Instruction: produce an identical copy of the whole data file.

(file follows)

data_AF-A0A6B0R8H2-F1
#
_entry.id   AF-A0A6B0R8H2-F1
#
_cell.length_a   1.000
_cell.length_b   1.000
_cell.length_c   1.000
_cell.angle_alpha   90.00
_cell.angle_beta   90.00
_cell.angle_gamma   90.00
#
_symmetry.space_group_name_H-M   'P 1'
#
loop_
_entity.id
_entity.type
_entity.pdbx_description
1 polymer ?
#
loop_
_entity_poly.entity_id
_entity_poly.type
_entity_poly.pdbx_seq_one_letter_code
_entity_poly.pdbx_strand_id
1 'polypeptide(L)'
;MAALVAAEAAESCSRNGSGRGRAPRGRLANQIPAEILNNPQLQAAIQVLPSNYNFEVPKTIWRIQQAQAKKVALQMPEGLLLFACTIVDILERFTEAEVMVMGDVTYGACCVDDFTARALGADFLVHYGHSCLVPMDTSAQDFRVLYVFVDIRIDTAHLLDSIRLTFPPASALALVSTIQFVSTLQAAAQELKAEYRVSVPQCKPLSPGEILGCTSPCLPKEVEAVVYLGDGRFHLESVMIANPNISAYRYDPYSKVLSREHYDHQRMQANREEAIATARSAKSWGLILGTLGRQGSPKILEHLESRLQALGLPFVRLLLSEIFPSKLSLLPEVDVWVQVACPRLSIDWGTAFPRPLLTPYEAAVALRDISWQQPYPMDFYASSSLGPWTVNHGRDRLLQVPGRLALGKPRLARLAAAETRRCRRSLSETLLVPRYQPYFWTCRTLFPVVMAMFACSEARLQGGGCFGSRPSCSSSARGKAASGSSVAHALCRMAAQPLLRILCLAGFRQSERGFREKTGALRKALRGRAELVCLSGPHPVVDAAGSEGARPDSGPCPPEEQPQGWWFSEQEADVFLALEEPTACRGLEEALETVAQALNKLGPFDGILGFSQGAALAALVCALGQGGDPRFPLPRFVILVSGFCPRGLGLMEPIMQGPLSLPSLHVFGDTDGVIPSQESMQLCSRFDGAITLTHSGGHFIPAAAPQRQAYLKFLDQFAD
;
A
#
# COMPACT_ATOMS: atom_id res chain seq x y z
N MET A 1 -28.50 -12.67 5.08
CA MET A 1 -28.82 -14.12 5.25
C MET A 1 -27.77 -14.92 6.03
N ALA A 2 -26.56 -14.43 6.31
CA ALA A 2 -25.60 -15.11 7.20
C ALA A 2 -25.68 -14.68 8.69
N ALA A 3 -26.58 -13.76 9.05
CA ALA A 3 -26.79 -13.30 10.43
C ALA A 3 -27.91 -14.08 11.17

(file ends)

data_AF-A0A6B0R8H2-F1
#
_entry.id   AF-A0A6B0R8H2-F1
#
_cell.length_a   1.000
_cell.length_b   1.000
_cell.length_c   1.000
_cell.angle_alpha   90.00
_cell.angle_beta   90.00
_cell.angle_gamma   90.00
#
_symmetry.space_group_name_H-M   'P 1'
#
loop_
_entity.id
_entity.type
_entity.pdbx_description
1 polymer ?
#
loop_
_entity_poly.entity_id
_entity_poly.type
_entity_poly.pdbx_seq_one_letter_code
_entity_poly.pdbx_strand_id
1 'polypeptide(L)'
;MAALVAAEAAESCSRNGSGRGRAPRGRLANQIPAEILNNPQLQAAIQVLPSNYNFEVPKTIWRIQQAQAKKVALQMPEGLLLFACTIVDILERFTEAEVMVMGDVTYGACCVDDFTARALGADFLVHYGHSCLVPMDTSAQDFRVLYVFVDIRIDTAHLLDSIRLTFPPASALALVSTIQFVSTLQAAAQELKAEYRVSVPQCKPLSPGEILGCTSPCLPKEVEAVVYLGDGRFHLESVMIANPNISAYRYDPYSKVLSREHYDHQRMQANREEAIATARSAKSWGLILGTLGRQGSPKILEHLESRLQALGLPFVRLLLSEIFPSKLSLLPEVDVWVQVACPRLSIDWGTAFPRPLLTPYEAAVALRDISWQQPYPMDFYASSSLGPWTVNHGRDRLLQVPGRLALGKPRLARLAAAETRRCRRSLSETLLVPRYQPYFWTCRTLFPVVMAMFACSEARLQGGGCFGSRPSCSSSARGKAASGSSVAHALCRMAAQPLLRILCLAGFRQSERGFREKTGALRKALRGRAELVCLSGPHPVVDAAGSEGARPDSGPCPPEEQPQGWWFSEQEADVFLALEEPTACRGLEEALETVAQALNKLGPFDGILGFSQGAALAALVCALGQGGDPRFPLPRFVILVSGFCPRGLGLMEPIMQGPLSLPSLHVFGDTDGVIPSQESMQLCSRFDGAITLTHSGGHFIPAAAPQRQAYLKFLDQFAD
;
A
#
# COMPACT_ATOMS: atom_id res chain seq x y z
N MET A 1 -28.50 -12.67 5.08
CA MET A 1 -28.82 -14.12 5.25
C MET A 1 -27.77 -14.92 6.03
N ALA A 2 -26.56 -14.43 6.31
CA ALA A 2 -25.60 -15.11 7.20
C ALA A 2 -25.68 -14.68 8.69
N ALA A 3 -26.58 -13.76 9.05
CA ALA A 3 -26.79 -13.30 10.43
C ALA A 3 -27.91 -14.08 11.17